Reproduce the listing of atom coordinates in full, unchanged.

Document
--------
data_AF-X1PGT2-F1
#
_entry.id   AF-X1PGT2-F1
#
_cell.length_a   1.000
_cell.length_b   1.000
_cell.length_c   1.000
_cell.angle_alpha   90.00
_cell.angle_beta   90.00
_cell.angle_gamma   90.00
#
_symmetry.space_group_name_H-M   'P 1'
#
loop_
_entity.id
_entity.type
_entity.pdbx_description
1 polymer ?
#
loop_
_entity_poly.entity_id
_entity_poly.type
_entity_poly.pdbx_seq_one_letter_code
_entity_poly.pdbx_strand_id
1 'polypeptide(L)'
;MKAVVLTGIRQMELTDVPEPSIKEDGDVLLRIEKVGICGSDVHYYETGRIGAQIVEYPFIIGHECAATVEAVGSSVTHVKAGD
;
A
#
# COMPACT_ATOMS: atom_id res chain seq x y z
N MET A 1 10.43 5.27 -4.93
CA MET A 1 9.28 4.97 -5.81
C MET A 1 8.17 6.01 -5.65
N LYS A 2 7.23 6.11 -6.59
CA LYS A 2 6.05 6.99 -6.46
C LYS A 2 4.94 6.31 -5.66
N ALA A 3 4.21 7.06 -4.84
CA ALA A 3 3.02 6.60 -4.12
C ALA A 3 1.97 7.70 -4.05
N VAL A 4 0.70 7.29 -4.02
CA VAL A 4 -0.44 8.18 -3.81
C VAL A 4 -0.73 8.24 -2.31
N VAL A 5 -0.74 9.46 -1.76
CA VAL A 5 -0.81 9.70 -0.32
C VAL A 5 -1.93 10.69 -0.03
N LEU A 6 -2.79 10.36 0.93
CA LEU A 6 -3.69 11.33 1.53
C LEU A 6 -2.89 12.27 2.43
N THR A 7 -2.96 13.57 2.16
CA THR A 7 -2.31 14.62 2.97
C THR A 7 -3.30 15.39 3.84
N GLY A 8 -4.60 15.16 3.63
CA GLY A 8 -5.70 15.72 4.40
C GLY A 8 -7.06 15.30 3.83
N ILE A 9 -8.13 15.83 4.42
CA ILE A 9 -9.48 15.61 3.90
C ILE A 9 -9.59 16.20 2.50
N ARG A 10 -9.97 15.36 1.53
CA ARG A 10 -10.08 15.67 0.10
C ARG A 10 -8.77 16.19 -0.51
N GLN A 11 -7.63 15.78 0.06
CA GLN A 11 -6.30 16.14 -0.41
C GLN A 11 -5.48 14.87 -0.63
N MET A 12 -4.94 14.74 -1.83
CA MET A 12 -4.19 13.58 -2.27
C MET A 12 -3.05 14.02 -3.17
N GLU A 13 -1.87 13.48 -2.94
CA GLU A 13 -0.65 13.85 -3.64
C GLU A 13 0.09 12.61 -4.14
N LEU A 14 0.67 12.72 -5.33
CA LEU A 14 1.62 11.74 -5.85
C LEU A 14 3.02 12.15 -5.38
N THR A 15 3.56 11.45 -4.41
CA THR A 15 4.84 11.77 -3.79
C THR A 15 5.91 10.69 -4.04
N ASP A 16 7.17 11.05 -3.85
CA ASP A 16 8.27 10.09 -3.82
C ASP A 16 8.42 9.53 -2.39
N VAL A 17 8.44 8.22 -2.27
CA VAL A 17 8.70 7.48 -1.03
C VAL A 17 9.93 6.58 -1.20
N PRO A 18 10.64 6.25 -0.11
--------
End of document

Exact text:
data_AF-X1PGT2-F1
#
_entry.id   AF-X1PGT2-F1
#
_cell.length_a   1.000
_cell.length_b   1.000
_cell.length_c   1.000
_cell.angle_alpha   90.00
_cell.angle_beta   90.00
_cell.angle_gamma   90.00
#
_symmetry.space_group_name_H-M   'P 1'
#
loop_
_entity.id
_entity.type
_entity.pdbx_description
1 polymer ?
#
loop_
_entity_poly.entity_id
_entity_poly.type
_entity_poly.pdbx_seq_one_letter_code
_entity_poly.pdbx_strand_id
1 'polypeptide(L)'
;MKAVVLTGIRQMELTDVPEPSIKEDGDVLLRIEKVGICGSDVHYYETGRIGAQIVEYPFIIGHECAATVEAVGSSVTHVKAGD
;
A
#
# COMPACT_ATOMS: atom_id res chain seq x y z
N MET A 1 10.43 5.27 -4.93
CA MET A 1 9.28 4.97 -5.81
C MET A 1 8.17 6.01 -5.65
N LYS A 2 7.23 6.11 -6.59
CA LYS A 2 6.05 6.99 -6.46
C LYS A 2 4.94 6.31 -5.66
N ALA A 3 4.21 7.06 -4.84
CA ALA A 3 3.02 6.60 -4.12
C ALA A 3 1.97 7.70 -4.05
N VAL A 4 0.70 7.29 -4.02
CA VAL A 4 -0.44 8.18 -3.81
C VAL A 4 -0.73 8.24 -2.31
N VAL A 5 -0.74 9.46 -1.76
CA VAL A 5 -0.81 9.70 -0.32
C VAL A 5 -1.93 10.69 -0.03
N LEU A 6 -2.79 10.36 0.93
CA LEU A 6 -3.69 11.33 1.53
C LEU A 6 -2.89 12.27 2.43
N THR A 7 -2.96 13.57 2.16
CA THR A 7 -2.31 14.62 2.97
C THR A 7 -3.30 15.39 3.84
N GLY A 8 -4.60 15.16 3.63
CA GLY A 8 -5.70 15.72 4.40
C GLY A 8 -7.06 15.30 3.83
N ILE A 9 -8.13 15.83 4.42
CA ILE A 9 -9.48 15.61 3.90
C ILE A 9 -9.59 16.20 2.50
N ARG A 10 -9.97 15.36 1.53
CA ARG A 10 -10.08 15.67 0.10
C ARG A 10 -8.77 16.19 -0.51
N GLN A 11 -7.63 15.78 0.06
CA GLN A 11 -6.30 16.14 -0.41
C GLN A 11 -5.48 14.87 -0.63
N MET A 12 -4.94 14.74 -1.83
CA MET A 12 -4.19 13.58 -2.27
C MET A 12 -3.05 14.02 -3.17
N GLU A 13 -1.87 13.48 -2.94
CA GLU A 13 -0.65 13.85 -3.64
C GLU A 13 0.09 12.61 -4.14
N LEU A 14 0.67 12.72 -5.33
CA LEU A 14 1.62 11.74 -5.85
C LEU A 14 3.02 12.15 -5.38
N THR A 15 3.56 11.45 -4.41
CA THR A 15 4.84 11.77 -3.79
C THR A 15 5.91 10.69 -4.04
N ASP A 16 7.17 11.05 -3.85
CA ASP A 16 8.27 10.09 -3.82
C ASP A 16 8.42 9.53 -2.39
N VAL A 17 8.44 8.22 -2.27
CA VAL A 17 8.70 7.48 -1.03
C VAL A 17 9.93 6.58 -1.20
N PRO A 18 10.64 6.25 -0.11